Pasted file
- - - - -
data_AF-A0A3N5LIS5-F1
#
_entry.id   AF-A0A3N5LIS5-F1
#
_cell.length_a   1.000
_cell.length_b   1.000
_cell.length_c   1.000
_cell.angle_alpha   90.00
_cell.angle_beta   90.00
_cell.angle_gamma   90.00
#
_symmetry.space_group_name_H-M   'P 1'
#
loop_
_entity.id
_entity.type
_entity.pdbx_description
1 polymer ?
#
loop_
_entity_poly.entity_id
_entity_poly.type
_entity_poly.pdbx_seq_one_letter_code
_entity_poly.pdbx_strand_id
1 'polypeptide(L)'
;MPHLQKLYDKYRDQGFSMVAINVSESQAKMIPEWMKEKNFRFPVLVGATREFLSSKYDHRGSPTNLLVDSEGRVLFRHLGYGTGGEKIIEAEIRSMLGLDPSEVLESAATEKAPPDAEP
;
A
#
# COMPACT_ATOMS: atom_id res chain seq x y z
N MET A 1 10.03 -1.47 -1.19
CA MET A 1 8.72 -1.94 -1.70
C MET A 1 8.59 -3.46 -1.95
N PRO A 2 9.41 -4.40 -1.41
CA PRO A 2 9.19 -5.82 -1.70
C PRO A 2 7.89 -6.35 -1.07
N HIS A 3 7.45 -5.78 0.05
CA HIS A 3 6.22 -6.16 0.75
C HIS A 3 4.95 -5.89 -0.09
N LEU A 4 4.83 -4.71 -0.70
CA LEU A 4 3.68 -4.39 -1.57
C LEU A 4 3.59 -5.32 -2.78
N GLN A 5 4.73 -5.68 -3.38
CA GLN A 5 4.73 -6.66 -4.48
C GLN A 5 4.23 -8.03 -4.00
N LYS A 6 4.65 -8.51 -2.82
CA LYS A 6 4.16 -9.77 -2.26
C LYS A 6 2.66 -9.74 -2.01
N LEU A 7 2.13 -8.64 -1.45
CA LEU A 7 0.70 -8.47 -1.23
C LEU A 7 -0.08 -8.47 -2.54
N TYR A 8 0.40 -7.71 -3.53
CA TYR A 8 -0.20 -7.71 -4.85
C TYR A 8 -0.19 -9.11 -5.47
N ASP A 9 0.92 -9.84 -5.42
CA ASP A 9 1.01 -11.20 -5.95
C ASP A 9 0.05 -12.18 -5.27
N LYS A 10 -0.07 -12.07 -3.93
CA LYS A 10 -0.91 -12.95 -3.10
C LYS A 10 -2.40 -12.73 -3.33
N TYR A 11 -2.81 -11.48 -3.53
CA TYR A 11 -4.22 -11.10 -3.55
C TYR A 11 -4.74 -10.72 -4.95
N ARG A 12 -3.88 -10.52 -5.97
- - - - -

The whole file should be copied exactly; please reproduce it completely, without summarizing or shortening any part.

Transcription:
data_AF-A0A3N5LIS5-F1
#
_entry.id   AF-A0A3N5LIS5-F1
#
_cell.length_a   1.000
_cell.length_b   1.000
_cell.length_c   1.000
_cell.angle_alpha   90.00
_cell.angle_beta   90.00
_cell.angle_gamma   90.00
#
_symmetry.space_group_name_H-M   'P 1'
#
loop_
_entity.id
_entity.type
_entity.pdbx_description
1 polymer ?
#
loop_
_entity_poly.entity_id
_entity_poly.type
_entity_poly.pdbx_seq_one_letter_code
_entity_poly.pdbx_strand_id
1 'polypeptide(L)'
;MPHLQKLYDKYRDQGFSMVAINVSESQAKMIPEWMKEKNFRFPVLVGATREFLSSKYDHRGSPTNLLVDSEGRVLFRHLGYGTGGEKIIEAEIRSMLGLDPSEVLESAATEKAPPDAEP
;
A
#
# COMPACT_ATOMS: atom_id res chain seq x y z
N MET A 1 10.03 -1.47 -1.19
CA MET A 1 8.72 -1.94 -1.70
C MET A 1 8.59 -3.46 -1.95
N PRO A 2 9.41 -4.40 -1.41
CA PRO A 2 9.19 -5.82 -1.70
C PRO A 2 7.89 -6.35 -1.07
N HIS A 3 7.45 -5.78 0.05
CA HIS A 3 6.22 -6.16 0.75
C HIS A 3 4.95 -5.89 -0.09
N LEU A 4 4.83 -4.71 -0.70
CA LEU A 4 3.68 -4.39 -1.57
C LEU A 4 3.59 -5.32 -2.78
N GLN A 5 4.73 -5.68 -3.38
CA GLN A 5 4.73 -6.66 -4.48
C GLN A 5 4.23 -8.03 -4.00
N LYS A 6 4.65 -8.51 -2.82
CA LYS A 6 4.16 -9.77 -2.26
C LYS A 6 2.66 -9.74 -2.01
N LEU A 7 2.13 -8.64 -1.45
CA LEU A 7 0.70 -8.47 -1.23
C LEU A 7 -0.08 -8.47 -2.54
N TYR A 8 0.40 -7.71 -3.53
CA TYR A 8 -0.20 -7.71 -4.85
C TYR A 8 -0.19 -9.11 -5.47
N ASP A 9 0.92 -9.84 -5.42
CA ASP A 9 1.01 -11.20 -5.95
C ASP A 9 0.05 -12.18 -5.27
N LYS A 10 -0.07 -12.07 -3.93
CA LYS A 10 -0.91 -12.95 -3.10
C LYS A 10 -2.40 -12.73 -3.33
N TYR A 11 -2.81 -11.48 -3.53
CA TYR A 11 -4.22 -11.10 -3.55
C TYR A 11 -4.74 -10.72 -4.95
N ARG A 12 -3.88 -10.52 -5.97